When 9:30 rolls around, I try my hardest not to talk myself out of it, and head over to Tau Axis’s office with both fists clenched and walking as quickly as I can. It’s fine. I have no problem with time travelers. I don’t. They’re not nearly as creepy as every says they are, and it’s fine.
I rap lightly on the door.
“Come in,” he calls. He doesn’t look up. He just types at his computer.
“Tau Axis,” I say.
He glances at me. “Teke.”
“It’s 9:30,” I say.
He glances at his computer again. “So it is.”
“You wanted to tell me something,” I say.
He cocks his head. “Did I specify what?”
I try not to glare at him. “You said you were going to tell me what I was wearing.”
He stares at my clothes for long enough that I start wishing I had a trenchcoat or something to hide behind, and try not to pull my uniform closer around myself.
He grimaces. “Do you happen to remember when I told you this?”
I frown. “This afternoon?”
He sighs. “When this afternoon?”
“I don’t know,” I say, trying not to snap. “Early-ish, I guess. Does it matter?”
He sucks on his teeth for a second. “Well, let’s hope not.”
Then he disappears. And reappears.
“Teke!” he says, and glances at the clock. “Oh, good, you got here on time.”
“Sure,” I say, “good.”
“For future reference, please remember the time coordinates. I know I forgot to tell you, but, uh, hell of a headache when I don’t get it exact, sometimes causes trouble reintegrating, you know.”
I don’t know. But I nod anyway.
“Awesome! See you around, buddy!” he sits back down and starts typing again.
“Um,” I say.
He looks up.
“Were you going to tell me why I sent you back?” I ask.
“Like I said,” he says, with a shrug, “you didn’t specify. I don’t know, you seemed really upset. Big mood. Didn’t feel like getting in the middle of that.”
“You said you were going to say what I was wearing,” I tell him.
“Yeah,” he says, “didn’t figure you were going to change in the alternate timeline. Seemed like as good an anchor as any.”
“What?” I ask.
He waves a hand. “That, roughly. I mean, it’s not exact, it doesn’t have to be, but you were just in your uniform. It’s not interesting.”
“Oh,” I say, “well, okay, thanks.”
“Did it go okay?” he asks.
“Did,” I say, “what?”
“Today,” he says, “I mean, you seem pretty together and all, looks like nothing too terrible went on, so, you know, did we avert the disaster?”
“I guess so,” I agree, and turn to leave.
“Hope it all works out for you,” he says, as I walk out the door.
It’s not even an exaggeration when I say I almost forget to change out of my uniform before leaving, and probably would’ve if someone hadn’t made an offhand comment, but I’m getting nothing done, I’m no help to anyone, and the kids are long gone, so even if there were something no one could handle but me (because I’m so irreplaceable as a go between, you know), it’s not going to happen until tomorrow. I’ve been checked out all day, so I may as well check out for real. If I didn’t have to wait for Tau Axis, I probably would’ve been gone hours ago.
There’s a slight lull before the night crowd starts shuffling in, and I just make it, not even paying attention to which of the three drinks Tony offers me and just. Sit. And wait. I don’t even taste it when he finishes making it – I thank him for handing it to me, I know I do, but I just sip it without processing – and hope to fuck Perry actually got my messages. I sent seven texts and left three – four? – voicemails, and I even called Pris, too, and that’s not even counting –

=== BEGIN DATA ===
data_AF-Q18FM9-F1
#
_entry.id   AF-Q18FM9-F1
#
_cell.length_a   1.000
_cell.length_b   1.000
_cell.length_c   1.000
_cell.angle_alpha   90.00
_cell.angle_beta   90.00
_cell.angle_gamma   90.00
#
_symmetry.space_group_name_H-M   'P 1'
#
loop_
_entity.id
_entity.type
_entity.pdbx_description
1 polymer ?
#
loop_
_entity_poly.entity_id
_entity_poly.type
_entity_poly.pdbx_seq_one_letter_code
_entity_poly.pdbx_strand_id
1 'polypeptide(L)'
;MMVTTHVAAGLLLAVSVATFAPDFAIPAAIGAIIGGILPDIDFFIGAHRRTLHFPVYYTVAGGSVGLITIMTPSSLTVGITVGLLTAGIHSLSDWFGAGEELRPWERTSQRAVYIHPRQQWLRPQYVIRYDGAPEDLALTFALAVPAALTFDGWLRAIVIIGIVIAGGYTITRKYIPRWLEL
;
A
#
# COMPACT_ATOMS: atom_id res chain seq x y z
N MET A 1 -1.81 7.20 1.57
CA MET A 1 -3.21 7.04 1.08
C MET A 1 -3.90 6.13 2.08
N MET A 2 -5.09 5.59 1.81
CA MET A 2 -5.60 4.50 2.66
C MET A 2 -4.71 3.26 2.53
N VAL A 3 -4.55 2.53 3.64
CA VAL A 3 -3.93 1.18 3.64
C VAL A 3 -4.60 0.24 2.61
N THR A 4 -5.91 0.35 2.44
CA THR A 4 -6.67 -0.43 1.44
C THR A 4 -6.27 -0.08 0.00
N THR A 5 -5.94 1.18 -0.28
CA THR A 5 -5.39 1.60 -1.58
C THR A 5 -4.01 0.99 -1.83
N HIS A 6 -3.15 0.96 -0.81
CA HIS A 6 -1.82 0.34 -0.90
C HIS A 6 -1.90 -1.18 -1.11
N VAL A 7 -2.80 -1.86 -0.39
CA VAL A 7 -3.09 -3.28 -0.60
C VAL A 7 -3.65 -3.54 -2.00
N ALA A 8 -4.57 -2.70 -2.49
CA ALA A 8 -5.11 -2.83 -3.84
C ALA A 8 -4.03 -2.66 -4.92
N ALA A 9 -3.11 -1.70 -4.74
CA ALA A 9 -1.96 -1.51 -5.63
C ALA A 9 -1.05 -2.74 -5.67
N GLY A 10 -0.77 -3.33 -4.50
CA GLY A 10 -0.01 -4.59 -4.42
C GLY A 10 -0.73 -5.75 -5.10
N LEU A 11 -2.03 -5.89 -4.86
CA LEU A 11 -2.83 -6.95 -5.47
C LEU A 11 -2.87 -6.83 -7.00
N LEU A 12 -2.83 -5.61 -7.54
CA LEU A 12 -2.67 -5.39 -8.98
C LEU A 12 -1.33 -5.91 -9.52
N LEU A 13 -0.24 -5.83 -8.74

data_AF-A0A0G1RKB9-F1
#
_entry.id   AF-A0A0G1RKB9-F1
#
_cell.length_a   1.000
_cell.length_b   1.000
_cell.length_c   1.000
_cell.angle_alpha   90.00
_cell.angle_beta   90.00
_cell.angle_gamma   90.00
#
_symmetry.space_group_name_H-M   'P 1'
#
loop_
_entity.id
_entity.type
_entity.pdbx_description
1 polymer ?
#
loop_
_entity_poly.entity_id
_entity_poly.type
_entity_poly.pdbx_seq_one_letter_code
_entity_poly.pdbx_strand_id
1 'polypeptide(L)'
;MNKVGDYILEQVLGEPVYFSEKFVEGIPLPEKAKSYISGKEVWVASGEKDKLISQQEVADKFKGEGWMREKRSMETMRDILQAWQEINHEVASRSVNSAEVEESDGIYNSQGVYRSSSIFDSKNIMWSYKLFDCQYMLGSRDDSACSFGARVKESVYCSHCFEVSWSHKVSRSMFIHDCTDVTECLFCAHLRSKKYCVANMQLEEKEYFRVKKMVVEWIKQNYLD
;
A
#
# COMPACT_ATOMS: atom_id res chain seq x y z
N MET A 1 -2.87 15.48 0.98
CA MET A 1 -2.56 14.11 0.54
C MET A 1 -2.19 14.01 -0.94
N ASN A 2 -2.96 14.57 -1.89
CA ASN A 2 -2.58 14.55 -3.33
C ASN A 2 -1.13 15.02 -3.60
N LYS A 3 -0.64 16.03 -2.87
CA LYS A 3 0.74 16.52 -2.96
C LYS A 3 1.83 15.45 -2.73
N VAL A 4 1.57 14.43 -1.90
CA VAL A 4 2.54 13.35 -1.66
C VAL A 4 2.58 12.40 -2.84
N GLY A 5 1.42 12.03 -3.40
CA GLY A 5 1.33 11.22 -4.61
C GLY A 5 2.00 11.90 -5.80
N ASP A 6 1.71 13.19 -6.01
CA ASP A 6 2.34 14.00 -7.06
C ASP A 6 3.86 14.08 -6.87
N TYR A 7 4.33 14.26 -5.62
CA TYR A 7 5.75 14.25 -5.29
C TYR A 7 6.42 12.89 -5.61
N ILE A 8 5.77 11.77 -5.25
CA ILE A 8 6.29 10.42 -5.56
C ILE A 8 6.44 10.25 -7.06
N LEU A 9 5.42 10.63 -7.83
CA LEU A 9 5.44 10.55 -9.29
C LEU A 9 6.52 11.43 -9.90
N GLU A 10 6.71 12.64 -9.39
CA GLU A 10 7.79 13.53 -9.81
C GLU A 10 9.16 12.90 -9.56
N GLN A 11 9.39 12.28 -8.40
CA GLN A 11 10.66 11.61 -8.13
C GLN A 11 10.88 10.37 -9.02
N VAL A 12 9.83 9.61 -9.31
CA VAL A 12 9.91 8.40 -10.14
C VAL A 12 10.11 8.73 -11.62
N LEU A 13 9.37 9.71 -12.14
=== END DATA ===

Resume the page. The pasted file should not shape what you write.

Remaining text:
“Hey, sweetie, what’s up?” she asks, planting herself across from me.
I thank whatever deities I can think of, which at the moment is not a lot, although seems to be a kind of esoteric assortment. “Can I stay with you?”
“Always,” she says, “how long?”
“I don’t know,” I say, “tonight for sure. Maybe longer. We’ll see.”
She pulls my hand into hers. “Do you want to talk about it?”
I shake my head vehemently.
“Okay.” She looks me up and down. “Are you bringing anything, or…?”
I cross my arms in front of me, and just put my head there. Just for a minute. Just until I have the energy to get up and move again. It’ll be fine.
“Pris, honey?” she says, but it’s into the phone, I know it is, because my field is not currently under my complete control, and it’s only her and me at the table, and someone – someone’s jacket, I don’t know, something at the next table.
I try not to eavesdrop. I don’t know how much I care.
“A couple days is probably fine – I don’t know, he won’t say,” she says, “it’s probably best not to pry. Yeah. No. Let me text you a picture of the shampoo.”
After that it’s mostly aimed at me again, but nothing concrete I can pick apart, or, at least, if I do, it blurs together afterward. I know I answer at least a few questions, but I think they aren’t pertinent, and even if they were, I don’t remember the information being anything I was particularly stuck on keeping back, so it’s probably fine. I don’t know. Perry doesn’t tend to lead me wrong, not in things like this. Taste in clothes – and décor – yes, job advice, yes, but –
Perry’s a good friend. I follow her out to her car. She opens the door for me, buckles me in, settles a pillow under my head. It makes soothing noises as she moves around the city, and the seat is warm underneath me. I fall asleep a few times. The basement is dark and smells like concrete, but the elevator is bright, and the carpet is red with some sort of pattern on it, and the lights are made to look like a chandelier, even if the ceiling isn’t high enough for that. And Perry’s apartment is quiet, and warm, and familiar. Nutmeg cuddles up on top of me.